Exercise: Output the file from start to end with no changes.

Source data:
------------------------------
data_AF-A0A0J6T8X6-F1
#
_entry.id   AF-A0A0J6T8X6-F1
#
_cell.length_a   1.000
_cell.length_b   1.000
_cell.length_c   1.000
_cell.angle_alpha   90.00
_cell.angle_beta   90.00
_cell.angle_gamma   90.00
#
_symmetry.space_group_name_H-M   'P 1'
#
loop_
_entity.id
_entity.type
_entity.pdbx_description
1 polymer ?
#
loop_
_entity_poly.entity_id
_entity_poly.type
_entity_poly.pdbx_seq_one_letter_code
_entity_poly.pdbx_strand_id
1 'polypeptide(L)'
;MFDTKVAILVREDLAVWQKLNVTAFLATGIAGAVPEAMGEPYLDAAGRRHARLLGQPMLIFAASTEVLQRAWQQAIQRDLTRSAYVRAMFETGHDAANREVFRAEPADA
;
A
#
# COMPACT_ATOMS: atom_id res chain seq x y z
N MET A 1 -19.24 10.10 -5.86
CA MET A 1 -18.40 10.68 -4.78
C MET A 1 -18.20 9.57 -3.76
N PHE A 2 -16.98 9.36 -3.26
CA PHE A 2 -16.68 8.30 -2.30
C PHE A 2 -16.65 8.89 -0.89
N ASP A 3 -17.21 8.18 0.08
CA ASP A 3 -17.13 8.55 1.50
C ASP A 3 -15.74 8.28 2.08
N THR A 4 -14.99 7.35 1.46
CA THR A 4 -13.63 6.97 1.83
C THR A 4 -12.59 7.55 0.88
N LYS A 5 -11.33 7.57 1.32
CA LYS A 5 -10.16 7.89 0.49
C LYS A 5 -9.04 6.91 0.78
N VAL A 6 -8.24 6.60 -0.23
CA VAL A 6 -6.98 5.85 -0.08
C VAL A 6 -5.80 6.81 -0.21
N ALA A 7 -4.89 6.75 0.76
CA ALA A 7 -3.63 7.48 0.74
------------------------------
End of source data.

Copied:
data_AF-A0A0J6T8X6-F1
#
_entry.id   AF-A0A0J6T8X6-F1
#
_cell.length_a   1.000
_cell.length_b   1.000
_cell.length_c   1.000
_cell.angle_alpha   90.00
_cell.angle_beta   90.00
_cell.angle_gamma   90.00
#
_symmetry.space_group_name_H-M   'P 1'
#
loop_
_entity.id
_entity.type
_entity.pdbx_description
1 polymer ?
#
loop_
_entity_poly.entity_id
_entity_poly.type
_entity_poly.pdbx_seq_one_letter_code
_entity_poly.pdbx_strand_id
1 'polypeptide(L)'
;MFDTKVAILVREDLAVWQKLNVTAFLATGIAGAVPEAMGEPYLDAAGRRHARLLGQPMLIFAASTEVLQRAWQQAIQRDLTRSAYVRAMFETGHDAANREVFRAEPADA
;
A
#
# COMPACT_ATOMS: atom_id res chain seq x y z
N MET A 1 -19.24 10.10 -5.86
CA MET A 1 -18.40 10.68 -4.78
C MET A 1 -18.20 9.57 -3.76
N PHE A 2 -16.98 9.36 -3.26
CA PHE A 2 -16.68 8.30 -2.30
C PHE A 2 -16.65 8.89 -0.89
N ASP A 3 -17.21 8.18 0.08
CA ASP A 3 -17.13 8.55 1.50
C ASP A 3 -15.74 8.28 2.08
N THR A 4 -14.99 7.35 1.46
CA THR A 4 -13.63 6.97 1.83
C THR A 4 -12.59 7.55 0.88
N LYS A 5 -11.33 7.57 1.32
CA LYS A 5 -10.16 7.89 0.49
C LYS A 5 -9.04 6.91 0.78
N VAL A 6 -8.24 6.60 -0.23
CA VAL A 6 -6.98 5.85 -0.08
C VAL A 6 -5.80 6.81 -0.21
N ALA A 7 -4.89 6.75 0.76
CA ALA A 7 -3.63 7.48 0.74